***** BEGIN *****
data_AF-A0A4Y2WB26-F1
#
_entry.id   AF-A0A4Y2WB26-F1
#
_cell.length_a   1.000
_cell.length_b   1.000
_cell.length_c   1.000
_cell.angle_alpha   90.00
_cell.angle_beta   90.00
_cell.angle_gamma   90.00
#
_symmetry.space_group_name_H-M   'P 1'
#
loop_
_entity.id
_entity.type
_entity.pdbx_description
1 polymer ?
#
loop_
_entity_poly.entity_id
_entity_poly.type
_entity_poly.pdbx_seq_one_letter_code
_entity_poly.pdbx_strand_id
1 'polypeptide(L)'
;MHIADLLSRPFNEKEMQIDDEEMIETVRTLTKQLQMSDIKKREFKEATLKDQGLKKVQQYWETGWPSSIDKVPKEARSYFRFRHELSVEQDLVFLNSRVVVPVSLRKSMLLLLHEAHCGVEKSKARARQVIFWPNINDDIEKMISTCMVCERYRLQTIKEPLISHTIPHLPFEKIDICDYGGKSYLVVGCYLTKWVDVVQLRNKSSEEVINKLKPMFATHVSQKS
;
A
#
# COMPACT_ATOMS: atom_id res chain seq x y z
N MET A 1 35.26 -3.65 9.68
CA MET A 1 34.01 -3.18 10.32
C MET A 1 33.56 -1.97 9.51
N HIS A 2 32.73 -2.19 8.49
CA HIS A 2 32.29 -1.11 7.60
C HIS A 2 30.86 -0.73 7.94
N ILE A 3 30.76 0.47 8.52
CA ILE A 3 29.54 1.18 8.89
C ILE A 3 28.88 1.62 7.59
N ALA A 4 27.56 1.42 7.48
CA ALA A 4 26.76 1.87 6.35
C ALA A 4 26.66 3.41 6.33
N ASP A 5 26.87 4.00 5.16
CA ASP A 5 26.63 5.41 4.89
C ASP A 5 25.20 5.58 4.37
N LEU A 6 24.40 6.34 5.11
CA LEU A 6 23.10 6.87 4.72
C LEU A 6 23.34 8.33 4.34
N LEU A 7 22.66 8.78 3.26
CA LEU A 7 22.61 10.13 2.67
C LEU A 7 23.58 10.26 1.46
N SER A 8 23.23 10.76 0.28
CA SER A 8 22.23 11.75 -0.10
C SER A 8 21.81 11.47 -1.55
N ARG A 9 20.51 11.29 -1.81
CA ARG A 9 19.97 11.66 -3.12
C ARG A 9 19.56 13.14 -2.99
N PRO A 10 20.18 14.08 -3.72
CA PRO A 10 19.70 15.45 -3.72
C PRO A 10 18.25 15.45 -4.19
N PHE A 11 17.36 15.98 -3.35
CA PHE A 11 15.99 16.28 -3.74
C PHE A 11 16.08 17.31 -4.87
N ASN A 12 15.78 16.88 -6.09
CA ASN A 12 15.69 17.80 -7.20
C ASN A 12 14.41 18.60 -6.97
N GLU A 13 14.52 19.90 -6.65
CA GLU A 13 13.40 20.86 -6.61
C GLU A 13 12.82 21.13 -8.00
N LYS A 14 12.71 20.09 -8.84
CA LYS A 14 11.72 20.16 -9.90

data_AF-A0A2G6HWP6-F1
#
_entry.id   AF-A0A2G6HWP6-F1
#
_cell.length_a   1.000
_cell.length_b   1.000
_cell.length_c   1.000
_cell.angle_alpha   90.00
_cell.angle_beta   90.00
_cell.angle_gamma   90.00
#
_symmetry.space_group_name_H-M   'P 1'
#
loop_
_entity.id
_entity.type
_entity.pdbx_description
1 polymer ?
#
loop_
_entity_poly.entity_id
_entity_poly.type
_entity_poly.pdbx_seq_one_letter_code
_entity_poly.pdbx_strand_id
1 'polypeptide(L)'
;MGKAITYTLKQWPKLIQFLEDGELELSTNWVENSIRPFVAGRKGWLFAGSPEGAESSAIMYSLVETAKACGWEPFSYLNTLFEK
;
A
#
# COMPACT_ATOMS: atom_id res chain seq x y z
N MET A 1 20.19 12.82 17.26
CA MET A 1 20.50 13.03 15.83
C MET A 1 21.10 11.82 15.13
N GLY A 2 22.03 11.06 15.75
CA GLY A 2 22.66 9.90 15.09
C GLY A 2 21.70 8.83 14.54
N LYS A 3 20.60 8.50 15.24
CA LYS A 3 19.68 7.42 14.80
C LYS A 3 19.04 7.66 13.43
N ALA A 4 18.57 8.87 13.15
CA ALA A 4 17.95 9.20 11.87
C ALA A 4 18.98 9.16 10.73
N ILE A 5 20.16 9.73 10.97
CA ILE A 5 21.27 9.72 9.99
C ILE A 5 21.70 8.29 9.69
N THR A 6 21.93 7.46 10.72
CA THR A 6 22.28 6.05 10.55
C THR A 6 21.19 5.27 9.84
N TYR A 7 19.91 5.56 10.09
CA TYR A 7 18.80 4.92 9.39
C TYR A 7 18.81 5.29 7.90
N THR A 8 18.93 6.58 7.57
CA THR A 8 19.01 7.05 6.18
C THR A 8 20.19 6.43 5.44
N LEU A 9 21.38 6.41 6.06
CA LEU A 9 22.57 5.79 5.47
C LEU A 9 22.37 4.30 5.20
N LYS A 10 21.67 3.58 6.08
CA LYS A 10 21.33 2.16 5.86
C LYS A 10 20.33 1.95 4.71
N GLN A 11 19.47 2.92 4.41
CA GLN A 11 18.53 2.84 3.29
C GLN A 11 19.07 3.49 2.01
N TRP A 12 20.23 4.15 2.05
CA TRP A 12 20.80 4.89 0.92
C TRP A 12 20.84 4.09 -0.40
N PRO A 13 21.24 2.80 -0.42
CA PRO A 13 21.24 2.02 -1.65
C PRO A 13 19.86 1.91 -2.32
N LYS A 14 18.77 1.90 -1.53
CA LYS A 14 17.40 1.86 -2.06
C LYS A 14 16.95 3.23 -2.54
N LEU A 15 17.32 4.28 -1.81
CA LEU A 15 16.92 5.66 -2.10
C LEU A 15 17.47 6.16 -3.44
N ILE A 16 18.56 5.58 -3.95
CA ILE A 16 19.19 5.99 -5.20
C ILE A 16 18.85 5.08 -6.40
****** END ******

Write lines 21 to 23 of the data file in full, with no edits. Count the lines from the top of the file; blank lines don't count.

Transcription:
_entity_poly.entity_id
_entity_poly.type
_entity_poly.pdbx_seq_one_letter_code